“Please, be serious! A youth? There’s not a hair on his head any color but slate. And such reserve, he spoke like someone from court.”
“He may have been, sir, for all I can tell. Judgement has ever been the very soul of comportment and civility, quite remarkable in someone so young. I can well unders-”
“What house is he from, then? One of the southern baronies? Or perhaps from Shilar?”
“Neither sir. He is in fact an alien among us. And an orphan. Perhaps you recall, that unfortunate incident last month, on the day of my thesis presentation?”
“What do y- by the Hopelord, do you mean- this was the fellow wh-who was… :: whispering :: arrested?”
“The very same, sir, on his first day in the city, though I must sa-”
“Oh that horrid hour! I can hardly breathe.”
“Let us sit, sir, perhaps some tea. Here, right here we are.”
“The very thing, thank you, Sage. I admit, since that day I had banished the dreadful thought- to think, the Law of Conar nearly broken! After four thousand years… and you tell me now, the criminal was this boy?”
“As to that-”
“I had heard tell it was some rough sailor, or a powerful mage!”
“Yes, the staff, and his high boots-”
“But everyone spoke of the villain as a man, sir, I mean an adult, Sage Fellareon.”
“Chief Archivist, if you will kindly recall, Solemn Judgement was found innocent of this, ah, misunderstanding. The Law remains unbroken.”
“Well, of course as it should be. But now I think on this Judgement fellow, I find more reasons to be unsure of him, Sage Fellareon. Do you think it quite politic to keep him here, and moreover looking into forbidden works?”
“Restricted, Chief Archivist, I must insist, not forbidden.”
“Let us not split hairs, Sage Fellareon. Just look at this list of sign-outs! I took the liberty, when I realized what book he was asking for. Despairing culture, reports of miracles from the past three centuries, burial customs- why, there are even tomes in the Ancient tongue here, yet you insist this is just a youth.”
“It does seem strange, I know, but his curiosity is very, eh, very widespread. I know of no subject he is not interested in.”
“But, books in Ancient? For what purpose?”
“Why to read, Chief Archivist. You seem disinclined to believe me? May I ask if you have much fluency, sir- I myself can hardly-”
“As to that, I can read well enough, yes- at my age, and after years of study.”
“Young Judgement reads and speaks with fluency.”
“Ridiculous! Speaks! Why even the preachers must stay within strict bounds with the Ancient tongue of our heroic ancestors.”
“You need not question my account, Chief Archivist. Ask his tutor- the Healers Guildmistress Natashi Ioki.”
“Healer Ioki! A scholar indeed, of the first rank. I suppose, heh, we could trust her word on the matter.”
“Or his.”
“What?”
“It is not possible to lie in the Ancient tongue- but Judgement speaks no falsehood, whatever the language or subject. Neither will he lose his temper, no matter how poorly he is received-”
“What! Say, are you-”
“He never fails to complete any research assigned, shirks no chore however tedious or long, nor will he drink wine or ale, hardly sleeps and never stops working to learn.”
“Only all that! You seem to think very highly of him. I suppose you can be forgiven for interrupting, in light of your approbation. Perhaps you will tell me next that he can fly.”
“No, sir.”
“Praise the Hopelord.”
“But he can swim.”
“Oh now, this is your Elvish humor no doubt. Who taught him to swim, pray tell me that.”
“This is the very point, sir. Who indeed? But the young man claims it is common where he came from. And I witnessed his skill with my own eyes.”
“You leave me without words, Sage Fellareon. What are we to do with this prodigy?”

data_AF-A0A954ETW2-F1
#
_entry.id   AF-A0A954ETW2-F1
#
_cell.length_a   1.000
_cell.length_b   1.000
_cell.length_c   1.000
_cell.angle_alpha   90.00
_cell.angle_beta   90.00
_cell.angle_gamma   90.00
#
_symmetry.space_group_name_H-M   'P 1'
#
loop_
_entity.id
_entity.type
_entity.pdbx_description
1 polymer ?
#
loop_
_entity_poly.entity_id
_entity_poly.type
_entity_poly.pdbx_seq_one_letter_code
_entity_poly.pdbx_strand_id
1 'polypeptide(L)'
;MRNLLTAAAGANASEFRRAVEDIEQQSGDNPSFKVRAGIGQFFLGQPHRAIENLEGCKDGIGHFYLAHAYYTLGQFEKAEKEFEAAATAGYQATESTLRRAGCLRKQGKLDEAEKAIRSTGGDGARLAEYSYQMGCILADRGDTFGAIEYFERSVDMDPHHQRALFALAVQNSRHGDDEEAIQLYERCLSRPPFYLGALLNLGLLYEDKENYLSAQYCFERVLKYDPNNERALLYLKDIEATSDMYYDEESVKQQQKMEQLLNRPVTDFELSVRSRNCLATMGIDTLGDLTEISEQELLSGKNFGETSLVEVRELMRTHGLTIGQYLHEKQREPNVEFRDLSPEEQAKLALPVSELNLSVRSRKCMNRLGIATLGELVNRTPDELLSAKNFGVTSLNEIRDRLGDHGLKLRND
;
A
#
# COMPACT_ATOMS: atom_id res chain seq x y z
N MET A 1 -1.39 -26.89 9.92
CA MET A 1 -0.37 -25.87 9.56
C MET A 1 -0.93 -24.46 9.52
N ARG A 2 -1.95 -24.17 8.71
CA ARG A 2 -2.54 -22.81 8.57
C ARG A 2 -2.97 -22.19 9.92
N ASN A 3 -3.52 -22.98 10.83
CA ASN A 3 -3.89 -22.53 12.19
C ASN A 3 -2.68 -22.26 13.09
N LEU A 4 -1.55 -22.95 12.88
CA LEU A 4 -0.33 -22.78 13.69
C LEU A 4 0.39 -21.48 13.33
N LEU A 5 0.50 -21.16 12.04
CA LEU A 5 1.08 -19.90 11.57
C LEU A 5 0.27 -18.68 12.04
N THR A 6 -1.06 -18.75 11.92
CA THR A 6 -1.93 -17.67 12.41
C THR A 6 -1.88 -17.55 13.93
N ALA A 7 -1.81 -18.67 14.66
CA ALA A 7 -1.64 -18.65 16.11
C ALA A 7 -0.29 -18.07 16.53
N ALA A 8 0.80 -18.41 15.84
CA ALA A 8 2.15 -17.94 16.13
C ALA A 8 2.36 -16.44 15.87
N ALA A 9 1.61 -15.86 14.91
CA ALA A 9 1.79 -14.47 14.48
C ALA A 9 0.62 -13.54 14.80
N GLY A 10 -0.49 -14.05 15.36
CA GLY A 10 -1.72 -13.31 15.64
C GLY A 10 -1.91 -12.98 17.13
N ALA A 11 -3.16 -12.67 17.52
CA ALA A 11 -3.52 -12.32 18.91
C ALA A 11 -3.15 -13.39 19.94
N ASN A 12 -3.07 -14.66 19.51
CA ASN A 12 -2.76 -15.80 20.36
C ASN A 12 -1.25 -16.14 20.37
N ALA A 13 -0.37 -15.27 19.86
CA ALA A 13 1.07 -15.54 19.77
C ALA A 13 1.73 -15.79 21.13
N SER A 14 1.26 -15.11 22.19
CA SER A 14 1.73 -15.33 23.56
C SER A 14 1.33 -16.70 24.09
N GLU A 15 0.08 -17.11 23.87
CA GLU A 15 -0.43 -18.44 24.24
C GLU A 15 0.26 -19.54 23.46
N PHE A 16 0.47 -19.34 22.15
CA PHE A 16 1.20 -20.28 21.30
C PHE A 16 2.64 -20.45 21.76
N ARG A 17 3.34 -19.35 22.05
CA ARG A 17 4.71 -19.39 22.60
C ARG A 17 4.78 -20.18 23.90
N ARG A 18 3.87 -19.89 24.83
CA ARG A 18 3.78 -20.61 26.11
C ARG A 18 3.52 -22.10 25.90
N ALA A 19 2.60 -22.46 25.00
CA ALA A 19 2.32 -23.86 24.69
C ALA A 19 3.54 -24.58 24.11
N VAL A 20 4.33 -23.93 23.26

“Do, sir? We are a Guild of Sages- I had not thought it unusual that I should endeavor to teach him.”
“Well of course, sir, of course! But I mean, after that- once this unusual fellow has learned, what then shall become of him, and what does he intend, answer me that.”
“Such mysteries are far beyond my poor abilities, Chief Archivist.”
“I should think, sir, with all respect to your position as guest here, that some thought might be taken. The subjects this, this alien is studying, I would say require caution.”
“As you please, sir. I’m here for a session with the youth now- you may interrogate him if you wish.”
“Me!”
“Certainly, Chief Archivist- satisfy your concerns, I assure you Solemn Judgement will answer every question put to him.”
“Why as to that- I cannot- that is, I prefer- ach! He is coming, those boots, I hear him from a furlong, his pace like some moving clock, or a horrid Makine.”
“Chief Archivist!”
“And always wearing that broad, flat-brimmed hat, with eyes that stare, and never blink- see, there he is coming now as you said. No, I leave him to your care, Sage Fellareon, absolutely.”
“You are quite certain, Chief Archivist?”
“No doubt, sir, I’m sure you may be trusted completely with his care. It occurs to me that I have, I must, some appointments. I cannot- those eyes! That is, I leave him to you.”
“Thank you sir.”
“You need not thank me- may the Heroes watch over you, I pray! Good day, sir.”


LoHI_JT_front_cover

Games of Chance

For twenty centuries the Lands of Hope prospered from their Heroes’ peace, but suffer now from their absence as a curse thickens over the central kingdom known as the Percentalion. An immortal omniscient conspirator schemes to escape the extra-worldly prison restraining his tide of undeath, using a demonic ally in a plot to bring back hell on earth. Solemn Judgement steps onto these Lands both a stranger and an orphan, driven to complete the lore his father died to give him.

In a world beset with increasing chaos, the bravest Children of Hope must take mortal risks. A young woodsman’s spear-cast, a desperate bid to save his comrades; the Healers Guildmistress’ cheery smile, hiding a grim secret and a heavy burden of guilt; the prince of Shilar’s speech in a foreign tongue, a gambit to avoid bloodshed or even war. As a new generation of heroes, scattered across the kingdoms, bets their lives and more, Solemn Judgement- soon to be known as The Man in Grey- must learn to play… Games of Chance: Part One of Judgement’s Tale


About Will Hahn